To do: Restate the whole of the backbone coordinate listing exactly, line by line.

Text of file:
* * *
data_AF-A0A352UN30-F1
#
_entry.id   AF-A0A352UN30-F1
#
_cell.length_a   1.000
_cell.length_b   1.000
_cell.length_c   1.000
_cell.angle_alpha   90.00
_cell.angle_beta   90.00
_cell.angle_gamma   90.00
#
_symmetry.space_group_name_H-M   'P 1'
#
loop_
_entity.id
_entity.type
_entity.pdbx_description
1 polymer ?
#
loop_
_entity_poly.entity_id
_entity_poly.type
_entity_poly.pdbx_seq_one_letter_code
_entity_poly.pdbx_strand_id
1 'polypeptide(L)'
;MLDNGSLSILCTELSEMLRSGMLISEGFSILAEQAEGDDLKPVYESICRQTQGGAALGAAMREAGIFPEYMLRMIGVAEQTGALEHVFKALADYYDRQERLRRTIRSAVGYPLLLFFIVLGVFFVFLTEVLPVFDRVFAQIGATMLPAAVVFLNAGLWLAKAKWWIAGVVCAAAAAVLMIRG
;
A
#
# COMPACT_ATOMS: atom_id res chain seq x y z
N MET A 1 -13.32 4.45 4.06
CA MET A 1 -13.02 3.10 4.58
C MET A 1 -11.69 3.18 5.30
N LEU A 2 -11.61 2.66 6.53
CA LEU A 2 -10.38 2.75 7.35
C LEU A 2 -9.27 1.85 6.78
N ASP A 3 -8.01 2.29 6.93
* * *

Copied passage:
data_AF-A0A352UN30-F1
#
_entry.id   AF-A0A352UN30-F1
#
_cell.length_a   1.000
_cell.length_b   1.000
_cell.length_c   1.000
_cell.angle_alpha   90.00
_cell.angle_beta   90.00
_cell.angle_gamma   90.00
#
_symmetry.space_group_name_H-M   'P 1'
#
loop_
_entity.id
_entity.type
_entity.pdbx_description
1 polymer ?
#
loop_
_entity_poly.entity_id
_entity_poly.type
_entity_poly.pdbx_seq_one_letter_code
_entity_poly.pdbx_strand_id
1 'polypeptide(L)'
;MLDNGSLSILCTELSEMLRSGMLISEGFSILAEQAEGDDLKPVYESICRQTQGGAALGAAMREAGIFPEYMLRMIGVAEQTGALEHVFKALADYYDRQERLRRTIRSAVGYPLLLFFIVLGVFFVFLTEVLPVFDRVFAQIGATMLPAAVVFLNAGLWLAKAKWWIAGVVCAAAAAVLMIRG
;
A
#
# COMPACT_ATOMS: atom_id res chain seq x y z
N MET A 1 -13.32 4.45 4.06
CA MET A 1 -13.02 3.10 4.58
C MET A 1 -11.69 3.18 5.30
N LEU A 2 -11.61 2.66 6.53
CA LEU A 2 -10.38 2.75 7.35
C LEU A 2 -9.27 1.85 6.78
N ASP A 3 -8.01 2.29 6.93